Cortesia cortesia cortesia chiamo

di Folgòre da San Gimignano

Cortesia cortesia cortesia chiamo

e da nessuna parte mi risponde,

e chi la dèe mostrar, sì la nasconde,

e perciò a cui bisogna vive gramo.


Avarizia le genti ha preso all’amo,

ed ogni grazia distrugge e confonde;

però se eo mi doglio, eo so ben onde:

di voi, possenti, a Dio me ne richiamo.


Ché la mia madre cortesia avete

messa sì sotto il piè che non si leva;

l’aver ci sta, voi non ci rimanete!


Tutti siem nati di Adamo e di Eva;

potendo, non donate e non spendete:

mal ha natura chi tai figli alleva.

       Generosity generosity generosity I call

by Folgòre da San Gimignano

Generosity generosity generosity I call

and to my plea no man responds

and he who ought to show it, absconds,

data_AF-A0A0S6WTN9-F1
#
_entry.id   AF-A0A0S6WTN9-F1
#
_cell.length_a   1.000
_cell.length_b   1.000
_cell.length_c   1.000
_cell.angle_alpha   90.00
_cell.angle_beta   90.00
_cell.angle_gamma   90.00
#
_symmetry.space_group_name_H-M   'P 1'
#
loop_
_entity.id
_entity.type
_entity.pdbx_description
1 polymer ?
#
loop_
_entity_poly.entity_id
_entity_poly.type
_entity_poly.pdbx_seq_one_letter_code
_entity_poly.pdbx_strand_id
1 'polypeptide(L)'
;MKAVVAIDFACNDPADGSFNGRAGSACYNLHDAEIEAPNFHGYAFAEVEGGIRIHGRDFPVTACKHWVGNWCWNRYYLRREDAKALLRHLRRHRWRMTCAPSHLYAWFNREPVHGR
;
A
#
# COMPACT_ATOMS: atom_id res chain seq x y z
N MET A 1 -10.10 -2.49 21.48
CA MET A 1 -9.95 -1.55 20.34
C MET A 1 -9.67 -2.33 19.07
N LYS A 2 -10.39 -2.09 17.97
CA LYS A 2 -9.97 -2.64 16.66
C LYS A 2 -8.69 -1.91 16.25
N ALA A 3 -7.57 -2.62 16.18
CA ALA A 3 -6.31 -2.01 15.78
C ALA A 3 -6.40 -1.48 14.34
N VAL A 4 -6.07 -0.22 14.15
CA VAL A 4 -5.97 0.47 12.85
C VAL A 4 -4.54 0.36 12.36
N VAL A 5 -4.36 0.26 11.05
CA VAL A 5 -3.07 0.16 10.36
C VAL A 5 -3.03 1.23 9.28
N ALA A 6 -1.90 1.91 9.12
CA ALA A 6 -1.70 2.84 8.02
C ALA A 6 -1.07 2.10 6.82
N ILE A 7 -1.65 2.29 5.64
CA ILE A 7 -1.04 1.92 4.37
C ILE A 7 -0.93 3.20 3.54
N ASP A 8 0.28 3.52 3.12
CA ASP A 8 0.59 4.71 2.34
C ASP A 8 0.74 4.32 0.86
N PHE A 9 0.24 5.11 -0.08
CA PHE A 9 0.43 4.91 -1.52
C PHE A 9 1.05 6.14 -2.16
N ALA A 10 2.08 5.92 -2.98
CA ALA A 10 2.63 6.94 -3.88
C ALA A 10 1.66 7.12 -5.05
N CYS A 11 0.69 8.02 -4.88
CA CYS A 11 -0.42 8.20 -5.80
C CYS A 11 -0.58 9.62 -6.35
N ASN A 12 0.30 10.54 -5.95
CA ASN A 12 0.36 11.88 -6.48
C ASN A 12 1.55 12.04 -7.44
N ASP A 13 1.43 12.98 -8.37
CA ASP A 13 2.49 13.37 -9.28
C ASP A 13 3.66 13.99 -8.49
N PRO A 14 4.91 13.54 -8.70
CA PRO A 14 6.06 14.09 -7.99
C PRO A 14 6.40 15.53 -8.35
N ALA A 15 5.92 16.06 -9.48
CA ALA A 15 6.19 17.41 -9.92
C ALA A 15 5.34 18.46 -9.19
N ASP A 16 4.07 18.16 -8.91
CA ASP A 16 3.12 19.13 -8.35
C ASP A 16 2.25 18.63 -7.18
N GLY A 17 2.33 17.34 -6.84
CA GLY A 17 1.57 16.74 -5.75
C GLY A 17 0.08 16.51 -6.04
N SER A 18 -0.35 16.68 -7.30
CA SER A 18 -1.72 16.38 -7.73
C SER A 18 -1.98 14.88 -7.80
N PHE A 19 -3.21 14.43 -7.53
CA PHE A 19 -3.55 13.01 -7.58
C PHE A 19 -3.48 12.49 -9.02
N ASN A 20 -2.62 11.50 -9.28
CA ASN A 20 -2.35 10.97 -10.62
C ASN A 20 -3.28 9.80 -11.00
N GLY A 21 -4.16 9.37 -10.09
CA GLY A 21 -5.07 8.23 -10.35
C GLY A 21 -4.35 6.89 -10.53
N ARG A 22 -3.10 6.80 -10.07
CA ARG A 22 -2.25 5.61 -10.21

and those in need can barely survive at all.


Greed takes hold of every individual

all one’s kindness it destroys and confounds;

so if I mourn, I know well on what grounds:

to God I complain of you, you successful.


Since it is generosity, my mother

on which you tread so that she may not ascend;

your riches remain, and you instead expire!


We are all born of Eve and of Adam;

and yet you who can, neither spend nor deliver:

it is an evil nature that rears such children.


Translation ©Matilda Colarossi

Folgóre da San Gimignano, pseudonym of Giacomo di Michele (c. 1270 – c. 1332) was an Italian poet. His poem denounces the “new” custom, introduced by the merchant classes, of making and hoarding money.  «Cortesia», which essentially meant largesse (using one’s riches for the needy, to enjoy in the company of others, or to sponsor the arts) had come to an end, and as a poet he, like others, suffered from this lack of generosity. The new Bourgeoisie were more attached to their money, less generous, almost convinced that they could take their riches with them, and he mocks them for it: “your riches remain, and you instead expire!”

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